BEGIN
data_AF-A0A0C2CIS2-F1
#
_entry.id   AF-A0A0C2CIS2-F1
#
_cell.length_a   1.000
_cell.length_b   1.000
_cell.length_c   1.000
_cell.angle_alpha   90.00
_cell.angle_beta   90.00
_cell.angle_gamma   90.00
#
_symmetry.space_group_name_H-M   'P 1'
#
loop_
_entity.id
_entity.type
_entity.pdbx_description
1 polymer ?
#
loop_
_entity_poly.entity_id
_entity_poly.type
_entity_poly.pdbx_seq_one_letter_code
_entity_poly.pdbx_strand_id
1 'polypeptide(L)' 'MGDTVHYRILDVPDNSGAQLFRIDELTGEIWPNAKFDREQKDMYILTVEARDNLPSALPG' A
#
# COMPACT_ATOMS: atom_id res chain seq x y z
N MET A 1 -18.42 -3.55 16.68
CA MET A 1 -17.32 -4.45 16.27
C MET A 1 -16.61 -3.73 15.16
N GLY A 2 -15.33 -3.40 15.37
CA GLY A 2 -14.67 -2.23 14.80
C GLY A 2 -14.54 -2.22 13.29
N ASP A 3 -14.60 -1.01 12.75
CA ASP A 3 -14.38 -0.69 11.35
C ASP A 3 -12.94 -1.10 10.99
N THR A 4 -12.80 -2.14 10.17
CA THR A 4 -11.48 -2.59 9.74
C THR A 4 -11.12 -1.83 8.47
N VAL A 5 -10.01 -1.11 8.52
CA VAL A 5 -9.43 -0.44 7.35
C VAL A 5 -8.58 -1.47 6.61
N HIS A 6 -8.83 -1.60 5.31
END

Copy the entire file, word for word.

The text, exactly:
data_AF-A0A0C2CIS2-F1
#
_entry.id   AF-A0A0C2CIS2-F1
#
_cell.length_a   1.000
_cell.length_b   1.000
_cell.length_c   1.000
_cell.angle_alpha   90.00
_cell.angle_beta   90.00
_cell.angle_gamma   90.00
#
_symmetry.space_group_name_H-M   'P 1'
#
loop_
_entity.id
_entity.type
_entity.pdbx_description
1 polymer ?
#
loop_
_entity_poly.entity_id
_entity_poly.type
_entity_poly.pdbx_seq_one_letter_code
_entity_poly.pdbx_strand_id
1 'polypeptide(L)' 'MGDTVHYRILDVPDNSGAQLFRIDELTGEIWPNAKFDREQKDMYILTVEARDNLPSALPG' A
#
# COMPACT_ATOMS: atom_id res chain seq x y z
N MET A 1 -18.42 -3.55 16.68
CA MET A 1 -17.32 -4.45 16.27
C MET A 1 -16.61 -3.73 15.16
N GLY A 2 -15.33 -3.40 15.37
CA GLY A 2 -14.67 -2.23 14.80
C GLY A 2 -14.54 -2.22 13.29
N ASP A 3 -14.60 -1.01 12.75
CA ASP A 3 -14.38 -0.69 11.35
C ASP A 3 -12.94 -1.10 10.99
N THR A 4 -12.80 -2.14 10.17
CA THR A 4 -11.48 -2.59 9.74
C THR A 4 -11.12 -1.83 8.47
N VAL A 5 -10.01 -1.11 8.52
CA VAL A 5 -9.43 -0.44 7.35
C VAL A 5 -8.58 -1.47 6.61
N HIS A 6 -8.83 -1.60 5.31